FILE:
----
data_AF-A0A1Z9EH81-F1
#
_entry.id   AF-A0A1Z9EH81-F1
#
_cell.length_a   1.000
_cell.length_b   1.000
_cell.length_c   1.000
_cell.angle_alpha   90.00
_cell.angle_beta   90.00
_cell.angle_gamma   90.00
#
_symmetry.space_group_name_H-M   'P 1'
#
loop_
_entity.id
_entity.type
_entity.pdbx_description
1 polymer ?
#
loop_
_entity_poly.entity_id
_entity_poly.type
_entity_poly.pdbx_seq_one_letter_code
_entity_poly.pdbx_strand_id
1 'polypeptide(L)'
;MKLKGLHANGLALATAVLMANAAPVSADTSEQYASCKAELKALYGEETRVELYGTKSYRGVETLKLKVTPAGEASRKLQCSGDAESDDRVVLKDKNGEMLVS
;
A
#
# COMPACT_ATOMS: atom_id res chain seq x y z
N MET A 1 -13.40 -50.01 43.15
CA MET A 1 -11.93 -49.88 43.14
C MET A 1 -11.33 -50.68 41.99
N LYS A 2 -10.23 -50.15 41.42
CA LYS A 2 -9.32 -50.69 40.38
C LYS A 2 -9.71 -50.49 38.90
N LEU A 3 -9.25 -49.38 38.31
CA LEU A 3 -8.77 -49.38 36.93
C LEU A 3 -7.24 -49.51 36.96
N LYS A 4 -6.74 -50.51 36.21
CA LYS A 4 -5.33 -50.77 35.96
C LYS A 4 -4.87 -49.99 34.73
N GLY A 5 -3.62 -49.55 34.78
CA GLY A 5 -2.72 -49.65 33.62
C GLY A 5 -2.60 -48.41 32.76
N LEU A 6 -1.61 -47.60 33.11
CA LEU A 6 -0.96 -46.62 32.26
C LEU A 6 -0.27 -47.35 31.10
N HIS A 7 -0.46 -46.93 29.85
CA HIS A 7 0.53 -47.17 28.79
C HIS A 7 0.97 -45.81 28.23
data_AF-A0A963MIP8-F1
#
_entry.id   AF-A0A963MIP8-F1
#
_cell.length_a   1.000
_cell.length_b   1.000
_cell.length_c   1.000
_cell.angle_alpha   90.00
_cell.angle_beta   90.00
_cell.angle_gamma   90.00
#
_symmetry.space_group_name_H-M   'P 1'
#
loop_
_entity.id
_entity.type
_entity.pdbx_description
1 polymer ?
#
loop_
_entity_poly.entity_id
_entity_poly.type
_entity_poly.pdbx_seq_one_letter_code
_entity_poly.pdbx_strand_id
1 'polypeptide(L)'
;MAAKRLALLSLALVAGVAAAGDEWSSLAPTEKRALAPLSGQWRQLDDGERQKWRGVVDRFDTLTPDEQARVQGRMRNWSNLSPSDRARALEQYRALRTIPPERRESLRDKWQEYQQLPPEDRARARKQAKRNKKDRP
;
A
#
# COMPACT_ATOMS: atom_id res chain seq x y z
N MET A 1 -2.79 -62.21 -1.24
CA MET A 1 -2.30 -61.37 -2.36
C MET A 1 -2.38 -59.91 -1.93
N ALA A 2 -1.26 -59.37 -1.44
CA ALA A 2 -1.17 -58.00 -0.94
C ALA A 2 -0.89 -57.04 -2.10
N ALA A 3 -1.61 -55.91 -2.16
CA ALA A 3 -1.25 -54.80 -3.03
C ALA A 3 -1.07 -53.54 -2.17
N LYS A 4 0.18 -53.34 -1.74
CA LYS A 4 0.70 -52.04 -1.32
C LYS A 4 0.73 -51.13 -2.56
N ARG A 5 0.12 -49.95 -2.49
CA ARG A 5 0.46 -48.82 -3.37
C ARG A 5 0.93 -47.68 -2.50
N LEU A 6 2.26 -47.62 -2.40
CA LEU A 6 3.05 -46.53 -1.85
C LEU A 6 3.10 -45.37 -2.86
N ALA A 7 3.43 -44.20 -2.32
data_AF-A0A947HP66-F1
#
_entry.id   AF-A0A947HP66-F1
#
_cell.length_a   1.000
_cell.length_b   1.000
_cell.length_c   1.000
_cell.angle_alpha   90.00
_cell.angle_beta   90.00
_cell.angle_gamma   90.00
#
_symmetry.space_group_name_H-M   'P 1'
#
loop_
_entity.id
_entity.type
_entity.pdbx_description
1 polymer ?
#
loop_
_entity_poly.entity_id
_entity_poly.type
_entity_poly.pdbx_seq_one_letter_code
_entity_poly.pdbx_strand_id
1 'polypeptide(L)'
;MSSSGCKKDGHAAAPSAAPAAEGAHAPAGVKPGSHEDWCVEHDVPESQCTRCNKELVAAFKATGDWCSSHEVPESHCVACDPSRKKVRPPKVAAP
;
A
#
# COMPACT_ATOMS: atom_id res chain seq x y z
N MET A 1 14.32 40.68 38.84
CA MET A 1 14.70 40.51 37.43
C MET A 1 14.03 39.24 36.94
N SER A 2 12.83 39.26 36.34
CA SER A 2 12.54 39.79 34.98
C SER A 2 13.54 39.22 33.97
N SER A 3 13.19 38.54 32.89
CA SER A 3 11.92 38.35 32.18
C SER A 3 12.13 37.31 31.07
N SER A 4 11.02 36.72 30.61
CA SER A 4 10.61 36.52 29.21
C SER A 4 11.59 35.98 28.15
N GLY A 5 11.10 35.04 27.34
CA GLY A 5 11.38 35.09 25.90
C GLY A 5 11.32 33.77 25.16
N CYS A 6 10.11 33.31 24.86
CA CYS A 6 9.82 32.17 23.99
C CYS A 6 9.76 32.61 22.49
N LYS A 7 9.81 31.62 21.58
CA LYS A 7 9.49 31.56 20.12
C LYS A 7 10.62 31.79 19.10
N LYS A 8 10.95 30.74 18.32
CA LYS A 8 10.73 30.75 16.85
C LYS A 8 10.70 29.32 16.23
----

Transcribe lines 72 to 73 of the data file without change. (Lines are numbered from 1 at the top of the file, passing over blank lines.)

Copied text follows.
_entity_poly.entity_id
_entity_poly.type